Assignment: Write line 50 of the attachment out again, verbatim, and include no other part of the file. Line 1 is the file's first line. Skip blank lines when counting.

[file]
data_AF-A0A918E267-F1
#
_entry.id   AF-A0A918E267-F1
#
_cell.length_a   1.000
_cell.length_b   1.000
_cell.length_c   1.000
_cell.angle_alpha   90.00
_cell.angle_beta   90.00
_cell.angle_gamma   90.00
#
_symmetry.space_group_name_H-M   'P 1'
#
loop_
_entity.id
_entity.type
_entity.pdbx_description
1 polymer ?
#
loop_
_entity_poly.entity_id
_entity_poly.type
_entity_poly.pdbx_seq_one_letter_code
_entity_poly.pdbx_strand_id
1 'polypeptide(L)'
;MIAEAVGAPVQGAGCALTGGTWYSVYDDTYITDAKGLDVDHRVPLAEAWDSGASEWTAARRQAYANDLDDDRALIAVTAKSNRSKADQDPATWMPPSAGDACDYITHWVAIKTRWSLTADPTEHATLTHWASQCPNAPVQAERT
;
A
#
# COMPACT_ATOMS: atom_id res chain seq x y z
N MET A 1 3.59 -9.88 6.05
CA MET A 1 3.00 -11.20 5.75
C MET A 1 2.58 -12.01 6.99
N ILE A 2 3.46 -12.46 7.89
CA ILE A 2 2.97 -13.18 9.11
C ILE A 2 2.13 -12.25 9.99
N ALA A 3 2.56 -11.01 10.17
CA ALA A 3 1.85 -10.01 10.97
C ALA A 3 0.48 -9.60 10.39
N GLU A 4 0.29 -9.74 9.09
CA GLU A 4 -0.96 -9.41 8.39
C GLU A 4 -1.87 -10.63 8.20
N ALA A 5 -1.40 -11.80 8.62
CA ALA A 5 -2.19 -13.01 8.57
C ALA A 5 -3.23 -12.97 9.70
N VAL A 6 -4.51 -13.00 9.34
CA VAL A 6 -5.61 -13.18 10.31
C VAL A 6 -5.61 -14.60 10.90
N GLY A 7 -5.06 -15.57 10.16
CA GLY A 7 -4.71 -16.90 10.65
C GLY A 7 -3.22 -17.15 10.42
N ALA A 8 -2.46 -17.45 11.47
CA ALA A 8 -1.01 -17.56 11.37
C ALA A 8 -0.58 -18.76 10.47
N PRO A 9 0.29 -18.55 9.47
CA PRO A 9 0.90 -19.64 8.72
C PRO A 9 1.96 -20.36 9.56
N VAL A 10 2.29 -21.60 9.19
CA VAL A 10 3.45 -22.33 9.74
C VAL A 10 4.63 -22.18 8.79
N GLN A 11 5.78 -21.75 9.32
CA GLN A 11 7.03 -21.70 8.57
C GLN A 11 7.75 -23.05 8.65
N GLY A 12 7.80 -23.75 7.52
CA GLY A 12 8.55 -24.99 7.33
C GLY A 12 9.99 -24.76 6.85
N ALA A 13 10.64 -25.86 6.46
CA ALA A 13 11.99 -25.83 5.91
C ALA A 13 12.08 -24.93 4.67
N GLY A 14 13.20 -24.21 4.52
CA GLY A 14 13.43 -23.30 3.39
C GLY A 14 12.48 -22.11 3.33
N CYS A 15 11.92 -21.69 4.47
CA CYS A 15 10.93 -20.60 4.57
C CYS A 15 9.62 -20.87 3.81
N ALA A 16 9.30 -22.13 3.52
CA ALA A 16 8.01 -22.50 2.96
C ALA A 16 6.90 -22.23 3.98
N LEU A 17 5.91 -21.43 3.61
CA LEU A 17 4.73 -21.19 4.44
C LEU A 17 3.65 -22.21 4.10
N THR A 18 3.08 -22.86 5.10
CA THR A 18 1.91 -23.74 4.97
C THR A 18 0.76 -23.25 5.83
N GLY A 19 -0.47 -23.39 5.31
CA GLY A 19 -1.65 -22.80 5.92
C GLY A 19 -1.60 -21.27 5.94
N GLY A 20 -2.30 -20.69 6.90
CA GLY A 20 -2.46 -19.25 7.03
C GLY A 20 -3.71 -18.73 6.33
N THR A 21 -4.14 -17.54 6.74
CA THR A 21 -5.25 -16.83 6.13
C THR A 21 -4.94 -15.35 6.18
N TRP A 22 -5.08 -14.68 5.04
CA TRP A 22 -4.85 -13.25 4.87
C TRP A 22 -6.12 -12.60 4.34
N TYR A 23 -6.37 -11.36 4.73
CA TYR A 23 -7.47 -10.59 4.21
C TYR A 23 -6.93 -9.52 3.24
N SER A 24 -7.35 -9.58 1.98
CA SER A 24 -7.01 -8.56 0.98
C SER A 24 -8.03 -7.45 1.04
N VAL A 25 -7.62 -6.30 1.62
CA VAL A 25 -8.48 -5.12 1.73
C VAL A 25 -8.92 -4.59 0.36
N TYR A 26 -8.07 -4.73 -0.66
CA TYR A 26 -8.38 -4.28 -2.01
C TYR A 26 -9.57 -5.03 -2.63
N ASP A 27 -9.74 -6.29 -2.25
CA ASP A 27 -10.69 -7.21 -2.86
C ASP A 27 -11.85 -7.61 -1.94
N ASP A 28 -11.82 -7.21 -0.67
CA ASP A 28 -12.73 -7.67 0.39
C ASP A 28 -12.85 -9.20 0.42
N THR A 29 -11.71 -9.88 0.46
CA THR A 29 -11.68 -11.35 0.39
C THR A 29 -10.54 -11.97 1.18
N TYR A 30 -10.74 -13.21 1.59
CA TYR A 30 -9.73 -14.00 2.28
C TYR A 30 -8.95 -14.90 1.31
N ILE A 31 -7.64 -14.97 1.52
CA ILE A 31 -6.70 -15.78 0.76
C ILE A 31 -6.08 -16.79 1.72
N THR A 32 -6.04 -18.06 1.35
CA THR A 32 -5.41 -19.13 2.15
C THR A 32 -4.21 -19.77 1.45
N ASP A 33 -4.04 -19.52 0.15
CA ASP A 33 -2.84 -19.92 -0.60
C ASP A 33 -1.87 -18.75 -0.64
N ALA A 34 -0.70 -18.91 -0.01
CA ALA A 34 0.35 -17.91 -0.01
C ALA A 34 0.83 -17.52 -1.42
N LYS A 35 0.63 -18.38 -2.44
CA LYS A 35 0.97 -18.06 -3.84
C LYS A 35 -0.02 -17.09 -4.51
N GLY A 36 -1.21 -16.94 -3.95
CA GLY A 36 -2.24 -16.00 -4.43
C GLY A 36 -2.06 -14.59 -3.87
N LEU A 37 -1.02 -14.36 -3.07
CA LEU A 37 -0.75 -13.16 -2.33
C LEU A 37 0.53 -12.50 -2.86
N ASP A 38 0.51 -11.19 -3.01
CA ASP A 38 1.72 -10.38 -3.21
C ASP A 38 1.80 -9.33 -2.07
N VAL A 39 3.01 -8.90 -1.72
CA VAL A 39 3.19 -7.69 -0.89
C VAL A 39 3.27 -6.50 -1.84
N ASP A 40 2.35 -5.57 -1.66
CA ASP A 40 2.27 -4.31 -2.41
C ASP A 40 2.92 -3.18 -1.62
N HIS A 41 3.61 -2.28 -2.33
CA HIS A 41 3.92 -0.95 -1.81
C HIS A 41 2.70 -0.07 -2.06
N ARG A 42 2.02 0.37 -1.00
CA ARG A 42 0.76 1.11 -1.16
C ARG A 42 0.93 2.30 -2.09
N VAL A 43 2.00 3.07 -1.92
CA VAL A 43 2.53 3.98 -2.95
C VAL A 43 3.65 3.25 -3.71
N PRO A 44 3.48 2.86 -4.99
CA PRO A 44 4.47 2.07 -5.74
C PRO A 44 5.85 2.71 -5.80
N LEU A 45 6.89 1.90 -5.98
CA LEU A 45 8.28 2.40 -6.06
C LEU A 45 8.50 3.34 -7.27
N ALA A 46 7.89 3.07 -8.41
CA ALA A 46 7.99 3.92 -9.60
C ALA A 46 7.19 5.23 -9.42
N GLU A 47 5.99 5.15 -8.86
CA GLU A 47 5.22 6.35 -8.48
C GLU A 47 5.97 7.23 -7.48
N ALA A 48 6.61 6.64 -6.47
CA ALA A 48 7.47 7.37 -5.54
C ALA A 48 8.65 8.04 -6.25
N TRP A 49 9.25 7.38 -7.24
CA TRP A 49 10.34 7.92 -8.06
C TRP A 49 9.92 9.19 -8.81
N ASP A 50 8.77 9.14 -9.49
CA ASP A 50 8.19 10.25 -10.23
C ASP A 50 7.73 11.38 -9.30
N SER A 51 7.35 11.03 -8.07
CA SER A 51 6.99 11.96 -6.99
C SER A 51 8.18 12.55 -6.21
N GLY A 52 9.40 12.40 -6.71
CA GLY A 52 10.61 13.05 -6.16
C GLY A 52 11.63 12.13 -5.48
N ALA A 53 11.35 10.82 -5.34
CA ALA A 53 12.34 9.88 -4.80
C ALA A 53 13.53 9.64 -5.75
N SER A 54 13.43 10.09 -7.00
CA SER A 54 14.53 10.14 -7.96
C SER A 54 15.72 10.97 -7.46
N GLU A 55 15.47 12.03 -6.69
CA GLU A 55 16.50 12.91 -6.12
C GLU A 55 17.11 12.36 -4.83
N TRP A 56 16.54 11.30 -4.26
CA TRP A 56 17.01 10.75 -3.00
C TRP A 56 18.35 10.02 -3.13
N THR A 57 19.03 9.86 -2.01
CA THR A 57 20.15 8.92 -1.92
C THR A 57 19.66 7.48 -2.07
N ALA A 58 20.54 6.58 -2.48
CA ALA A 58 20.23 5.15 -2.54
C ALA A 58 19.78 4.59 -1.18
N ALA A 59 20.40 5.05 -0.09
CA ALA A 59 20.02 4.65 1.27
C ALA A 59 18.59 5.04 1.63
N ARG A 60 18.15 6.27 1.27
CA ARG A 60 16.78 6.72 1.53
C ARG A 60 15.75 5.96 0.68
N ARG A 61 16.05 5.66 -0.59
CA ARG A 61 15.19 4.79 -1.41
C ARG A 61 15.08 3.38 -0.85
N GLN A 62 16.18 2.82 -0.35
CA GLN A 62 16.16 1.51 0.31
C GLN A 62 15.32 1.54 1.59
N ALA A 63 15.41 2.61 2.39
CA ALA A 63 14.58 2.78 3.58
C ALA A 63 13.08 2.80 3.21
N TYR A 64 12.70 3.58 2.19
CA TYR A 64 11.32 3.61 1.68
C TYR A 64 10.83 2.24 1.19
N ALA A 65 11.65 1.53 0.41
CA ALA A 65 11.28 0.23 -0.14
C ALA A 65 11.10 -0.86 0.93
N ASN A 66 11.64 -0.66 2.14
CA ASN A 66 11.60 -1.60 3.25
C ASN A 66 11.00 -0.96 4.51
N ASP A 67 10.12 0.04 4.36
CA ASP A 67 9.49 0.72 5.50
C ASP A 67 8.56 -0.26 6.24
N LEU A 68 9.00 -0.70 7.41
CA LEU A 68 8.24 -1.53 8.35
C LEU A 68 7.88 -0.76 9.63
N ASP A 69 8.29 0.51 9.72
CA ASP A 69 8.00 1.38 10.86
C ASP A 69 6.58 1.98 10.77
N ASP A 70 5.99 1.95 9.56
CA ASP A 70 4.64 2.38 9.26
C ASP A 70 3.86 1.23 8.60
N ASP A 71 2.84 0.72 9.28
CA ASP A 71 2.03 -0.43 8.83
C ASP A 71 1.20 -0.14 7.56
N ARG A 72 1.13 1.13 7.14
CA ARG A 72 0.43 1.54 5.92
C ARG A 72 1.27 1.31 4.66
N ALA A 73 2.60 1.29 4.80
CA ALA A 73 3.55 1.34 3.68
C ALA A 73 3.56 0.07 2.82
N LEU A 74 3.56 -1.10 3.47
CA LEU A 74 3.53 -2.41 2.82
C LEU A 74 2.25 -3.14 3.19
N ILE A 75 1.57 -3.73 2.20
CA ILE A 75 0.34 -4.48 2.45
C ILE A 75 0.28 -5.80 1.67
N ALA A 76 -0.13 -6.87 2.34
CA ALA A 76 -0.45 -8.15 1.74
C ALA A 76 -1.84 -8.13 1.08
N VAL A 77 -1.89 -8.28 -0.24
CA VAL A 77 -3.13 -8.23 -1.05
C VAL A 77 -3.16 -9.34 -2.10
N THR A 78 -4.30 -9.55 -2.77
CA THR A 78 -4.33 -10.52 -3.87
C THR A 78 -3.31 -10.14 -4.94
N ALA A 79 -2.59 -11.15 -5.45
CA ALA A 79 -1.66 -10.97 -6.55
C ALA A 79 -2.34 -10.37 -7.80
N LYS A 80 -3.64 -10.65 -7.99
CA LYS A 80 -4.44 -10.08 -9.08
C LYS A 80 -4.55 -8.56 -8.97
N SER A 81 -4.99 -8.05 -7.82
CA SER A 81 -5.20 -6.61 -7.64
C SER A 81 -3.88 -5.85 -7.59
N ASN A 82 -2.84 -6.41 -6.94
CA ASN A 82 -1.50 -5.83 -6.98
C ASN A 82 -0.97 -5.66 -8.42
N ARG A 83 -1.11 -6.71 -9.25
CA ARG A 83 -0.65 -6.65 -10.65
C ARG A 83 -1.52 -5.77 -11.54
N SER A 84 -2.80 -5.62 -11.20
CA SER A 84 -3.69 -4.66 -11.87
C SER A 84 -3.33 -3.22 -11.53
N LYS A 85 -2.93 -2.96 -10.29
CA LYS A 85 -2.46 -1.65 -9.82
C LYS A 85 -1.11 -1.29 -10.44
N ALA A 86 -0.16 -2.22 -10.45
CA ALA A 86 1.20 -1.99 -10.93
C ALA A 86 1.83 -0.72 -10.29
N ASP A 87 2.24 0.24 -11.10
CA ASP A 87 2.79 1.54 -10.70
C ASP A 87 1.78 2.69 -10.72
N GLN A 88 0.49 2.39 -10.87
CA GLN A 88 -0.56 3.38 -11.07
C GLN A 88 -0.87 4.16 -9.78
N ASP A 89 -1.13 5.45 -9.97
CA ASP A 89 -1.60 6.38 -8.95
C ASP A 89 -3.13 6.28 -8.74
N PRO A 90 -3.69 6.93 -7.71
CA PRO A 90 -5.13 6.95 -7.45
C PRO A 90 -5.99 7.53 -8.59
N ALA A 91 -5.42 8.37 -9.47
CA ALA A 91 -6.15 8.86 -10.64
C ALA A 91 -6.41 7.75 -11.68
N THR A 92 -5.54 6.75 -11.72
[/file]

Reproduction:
CA GLY A 7 -4.71 -16.90 10.65